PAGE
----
I must only want what He wants.


Not Today

So much is swirling around in my head and in my heart right now.

AF sent me on another roller coaster this month (don't worry, she's definitely here, no BFP announcement to see here). I was convinced she'd arrived on Sunday, even told 2 friends I was texting with she had. But then, she seemingly went away. And Monday, the same.

Today, potential P+17. Again.

Never before, and now 2 out of 4 months?

I did not test this time. I didn't get anyone else's hopes up. I've learned my lesson.

But, oh, why is there always a 'but'? But, I did stop living my life for the week. I've been exhausted for about a week and a half. I had no pre-AF spotting. I convinced myself I might be pregnant. I clung to that hope and rode it.

And I didn't run.

I'm so angry at myself. 2 months away from a marathon and I don't run for an entire week?

What the....?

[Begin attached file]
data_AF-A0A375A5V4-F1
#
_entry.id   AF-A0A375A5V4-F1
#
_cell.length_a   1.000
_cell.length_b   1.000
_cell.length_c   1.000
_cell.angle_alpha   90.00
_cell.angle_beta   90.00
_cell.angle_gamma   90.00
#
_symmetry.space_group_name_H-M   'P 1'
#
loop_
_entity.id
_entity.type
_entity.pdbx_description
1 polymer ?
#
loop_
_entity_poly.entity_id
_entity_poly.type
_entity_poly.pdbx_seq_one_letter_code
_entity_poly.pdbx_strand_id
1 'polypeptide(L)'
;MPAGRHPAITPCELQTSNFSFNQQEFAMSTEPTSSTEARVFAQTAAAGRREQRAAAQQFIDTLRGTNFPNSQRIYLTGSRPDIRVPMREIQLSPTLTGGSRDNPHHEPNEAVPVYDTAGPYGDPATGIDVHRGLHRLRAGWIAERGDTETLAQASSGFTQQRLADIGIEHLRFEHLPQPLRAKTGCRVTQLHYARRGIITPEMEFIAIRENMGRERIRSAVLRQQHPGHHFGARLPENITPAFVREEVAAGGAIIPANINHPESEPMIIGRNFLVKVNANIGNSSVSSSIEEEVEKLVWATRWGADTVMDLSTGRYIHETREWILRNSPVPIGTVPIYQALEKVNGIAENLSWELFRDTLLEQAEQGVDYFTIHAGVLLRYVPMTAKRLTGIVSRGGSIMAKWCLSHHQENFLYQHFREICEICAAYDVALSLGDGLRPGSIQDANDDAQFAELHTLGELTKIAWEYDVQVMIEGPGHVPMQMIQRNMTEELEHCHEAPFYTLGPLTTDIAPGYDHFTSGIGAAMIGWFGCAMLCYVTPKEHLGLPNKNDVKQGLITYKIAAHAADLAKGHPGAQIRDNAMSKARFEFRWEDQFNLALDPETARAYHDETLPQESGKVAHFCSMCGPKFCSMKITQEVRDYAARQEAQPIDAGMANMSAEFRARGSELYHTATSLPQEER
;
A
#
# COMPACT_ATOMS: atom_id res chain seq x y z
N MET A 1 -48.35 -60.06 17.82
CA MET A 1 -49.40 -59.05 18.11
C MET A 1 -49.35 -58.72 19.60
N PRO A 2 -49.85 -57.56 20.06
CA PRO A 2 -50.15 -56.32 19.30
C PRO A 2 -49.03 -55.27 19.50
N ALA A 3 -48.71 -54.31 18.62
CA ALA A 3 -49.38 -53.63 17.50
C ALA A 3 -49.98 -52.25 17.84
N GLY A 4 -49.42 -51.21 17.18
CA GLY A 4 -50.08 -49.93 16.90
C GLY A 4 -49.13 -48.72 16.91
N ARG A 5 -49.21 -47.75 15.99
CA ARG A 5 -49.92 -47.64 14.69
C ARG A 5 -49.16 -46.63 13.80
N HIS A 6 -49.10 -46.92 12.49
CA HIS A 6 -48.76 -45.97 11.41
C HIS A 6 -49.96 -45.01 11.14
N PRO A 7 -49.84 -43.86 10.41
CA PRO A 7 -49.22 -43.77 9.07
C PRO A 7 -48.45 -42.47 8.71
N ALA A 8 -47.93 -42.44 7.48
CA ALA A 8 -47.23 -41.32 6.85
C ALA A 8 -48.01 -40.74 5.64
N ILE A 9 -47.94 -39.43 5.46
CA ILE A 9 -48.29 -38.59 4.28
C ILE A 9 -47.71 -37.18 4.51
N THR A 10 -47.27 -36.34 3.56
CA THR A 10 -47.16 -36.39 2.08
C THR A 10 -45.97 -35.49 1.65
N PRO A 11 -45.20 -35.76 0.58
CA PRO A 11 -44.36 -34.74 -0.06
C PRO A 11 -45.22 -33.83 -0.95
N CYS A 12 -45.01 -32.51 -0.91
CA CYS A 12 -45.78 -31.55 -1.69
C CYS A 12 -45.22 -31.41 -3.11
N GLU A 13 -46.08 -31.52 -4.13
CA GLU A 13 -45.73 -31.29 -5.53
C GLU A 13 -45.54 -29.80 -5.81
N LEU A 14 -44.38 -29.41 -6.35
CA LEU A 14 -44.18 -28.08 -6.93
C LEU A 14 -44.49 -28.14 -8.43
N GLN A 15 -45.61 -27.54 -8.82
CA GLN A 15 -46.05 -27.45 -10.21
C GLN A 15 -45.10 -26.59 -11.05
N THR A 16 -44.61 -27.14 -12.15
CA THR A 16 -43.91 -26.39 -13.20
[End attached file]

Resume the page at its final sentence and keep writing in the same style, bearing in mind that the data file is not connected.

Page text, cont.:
Yea, I really did convince myself. Sure, in moments of sanity I enjoyed a couple of drinks with Alison and at the game on Saturday, but in the early morning hours when I'd wake up to no sign of AF I didn't run. I let myself believe; I clung to my hope, the hope I wanted to be there.

I had plenty of reasons to be exhausted. Plenty of sane, reasonable reasons. But I let myself do it again - believe I was pregnant.

And, well. It's definitely not P+17 (Let's just pretend it's before midnight on Tuesday that I'm typing this, Ok? Thanks.) It's definitely CD1.

And I've got tears. Sad tears and angry tears all mixed up together.

It was our last cycle before reaching 3 years TTC, and so here we are. Sept. 22 will be the third anniversary of our first NFP "rule breaking." I know, I have the draft blog post saved to prove it.

I've reread the words I wrote and I can barely remember that girl. So innocent. So full of hope. So nervous she'd get pregnant on the first try and hurt all of these wonderful IF bloggers she'd been reading and following. Oh, what she didn't know.

It seems like another life. Like something I watched in a movie long ago and can only vaguely remember.

Today's Responsorial Psalm was: I believe I shall see the good things of the Lord in the land of the living.

Three years ago, I would have found such hope, such beauty in those words. Today, I choked back tears. I fought cynicism and doubt.

I wish I could tell you I had some great revelation or insight. I don't. Not today.

All I feel is my brokenness; my barrenness; my emptiness.